Saturn's moon Titan holds lakes and seas that change with the seasons, much like Earth's own water reservoirs. (Credit: NASA/JPL-Caltech/University of Arizona/University of Idaho) Before NASA's Cassini spacecraft plunged into Saturn’s depths, it performed a final 2017 flyby of Titan, Saturn’s largest moon. This remote world is the only place in the solar system other than Earth that hosts large bodies of standing liquid. Titan's liquid is methane and ethane instead of water. But these lakes and seas make the moon one of the most interesting places in our solar system. And researchers are just starting to learn how these bodies of liquid change with Saturn's seasons.
Cassini’s last tour of Saturn’s moon revealed that some of its northern lakes are 300 feet deep, but small in surface area and perched atop high hills. The shape and location of the lakes hints strongly that the lakes are similar to karstic lakes on Earth, where liquid eats away at and eventually collapses the bedrock around it. On Earth, this happens with water and limestone, but on Titan, it would be liquid methane and the icy organic materials that make up Titan’s surface layers. Researchers published their finding April 15 in Nature Astronomy. In a second study, also published in Nature Astronomy, a different group of researchers discovered what they call “phantom lakes” on Titan’s surface in the northern hemisphere. These lakes appear in earlier Cassini data and disappear later on. Scientists take this to mean the lakes are shallow, and dry out and disappear as seasons change on Titan. A full seasonal year on Titan is roughly one Saturnian orbit, or 30 Earth years. And since Cassini spent 13 years studying the Saturn system, it had an excellent vantage point to watch the northern hemisphere grow warmer with the onset of summer, while the southern hemisphere descended into winter.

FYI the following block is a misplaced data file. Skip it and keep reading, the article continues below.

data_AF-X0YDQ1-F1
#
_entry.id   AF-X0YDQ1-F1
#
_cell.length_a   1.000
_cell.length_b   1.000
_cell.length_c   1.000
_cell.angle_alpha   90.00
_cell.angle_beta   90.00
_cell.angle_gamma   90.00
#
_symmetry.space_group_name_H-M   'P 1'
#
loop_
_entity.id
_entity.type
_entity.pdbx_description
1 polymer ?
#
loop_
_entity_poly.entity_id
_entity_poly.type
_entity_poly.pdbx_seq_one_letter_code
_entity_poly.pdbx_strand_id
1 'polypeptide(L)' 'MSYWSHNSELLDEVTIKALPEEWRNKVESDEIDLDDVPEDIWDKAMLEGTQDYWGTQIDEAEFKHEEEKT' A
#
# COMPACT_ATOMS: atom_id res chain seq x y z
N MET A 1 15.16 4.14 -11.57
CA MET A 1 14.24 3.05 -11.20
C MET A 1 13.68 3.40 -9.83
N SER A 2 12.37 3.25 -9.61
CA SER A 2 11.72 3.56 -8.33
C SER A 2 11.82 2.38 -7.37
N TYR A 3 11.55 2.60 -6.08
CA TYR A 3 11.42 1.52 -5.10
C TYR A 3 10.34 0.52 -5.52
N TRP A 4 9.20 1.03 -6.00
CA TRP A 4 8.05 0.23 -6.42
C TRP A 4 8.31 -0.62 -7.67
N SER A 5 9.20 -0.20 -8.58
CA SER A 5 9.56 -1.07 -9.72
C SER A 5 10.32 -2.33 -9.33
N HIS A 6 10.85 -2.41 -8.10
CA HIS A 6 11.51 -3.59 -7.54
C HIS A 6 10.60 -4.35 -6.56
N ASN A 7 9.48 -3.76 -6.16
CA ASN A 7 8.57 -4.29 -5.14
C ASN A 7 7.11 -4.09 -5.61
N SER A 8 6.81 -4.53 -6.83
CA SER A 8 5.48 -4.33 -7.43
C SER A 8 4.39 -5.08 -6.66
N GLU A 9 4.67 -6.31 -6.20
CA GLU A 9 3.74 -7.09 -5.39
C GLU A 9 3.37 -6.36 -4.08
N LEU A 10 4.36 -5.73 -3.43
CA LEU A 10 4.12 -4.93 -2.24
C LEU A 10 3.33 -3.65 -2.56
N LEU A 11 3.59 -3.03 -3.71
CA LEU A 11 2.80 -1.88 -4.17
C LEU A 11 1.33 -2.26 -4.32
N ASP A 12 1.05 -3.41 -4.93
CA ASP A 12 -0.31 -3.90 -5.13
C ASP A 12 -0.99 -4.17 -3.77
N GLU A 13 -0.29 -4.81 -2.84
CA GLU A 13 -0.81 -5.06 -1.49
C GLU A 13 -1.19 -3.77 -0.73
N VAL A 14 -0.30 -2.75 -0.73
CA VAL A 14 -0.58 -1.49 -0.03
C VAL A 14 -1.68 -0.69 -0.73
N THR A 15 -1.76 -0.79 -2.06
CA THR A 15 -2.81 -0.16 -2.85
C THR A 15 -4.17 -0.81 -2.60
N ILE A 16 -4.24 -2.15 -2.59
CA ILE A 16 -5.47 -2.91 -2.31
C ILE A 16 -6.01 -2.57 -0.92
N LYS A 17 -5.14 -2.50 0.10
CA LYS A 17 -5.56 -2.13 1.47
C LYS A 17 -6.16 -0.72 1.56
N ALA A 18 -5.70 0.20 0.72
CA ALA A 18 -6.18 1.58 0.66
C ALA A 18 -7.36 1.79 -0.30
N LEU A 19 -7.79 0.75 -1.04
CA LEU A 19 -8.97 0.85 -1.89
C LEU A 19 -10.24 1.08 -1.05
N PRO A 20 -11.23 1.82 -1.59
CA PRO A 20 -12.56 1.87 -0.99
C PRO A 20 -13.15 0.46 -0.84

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Both studies point to Titan’s complex methane cycle that scientists are still seeking to fully understand. Like Earth’s water cycle, it moves liquids between Titan’s atmosphere, surface, and underground, and changes with seasons and temperatures. It’s the only place other than Earth where scientists can watch this complex cycle of liquid on a planet-wide scale, and they’ll surely keep mining Cassini data until the time comes for Saturn to host a new spacecraft visitor.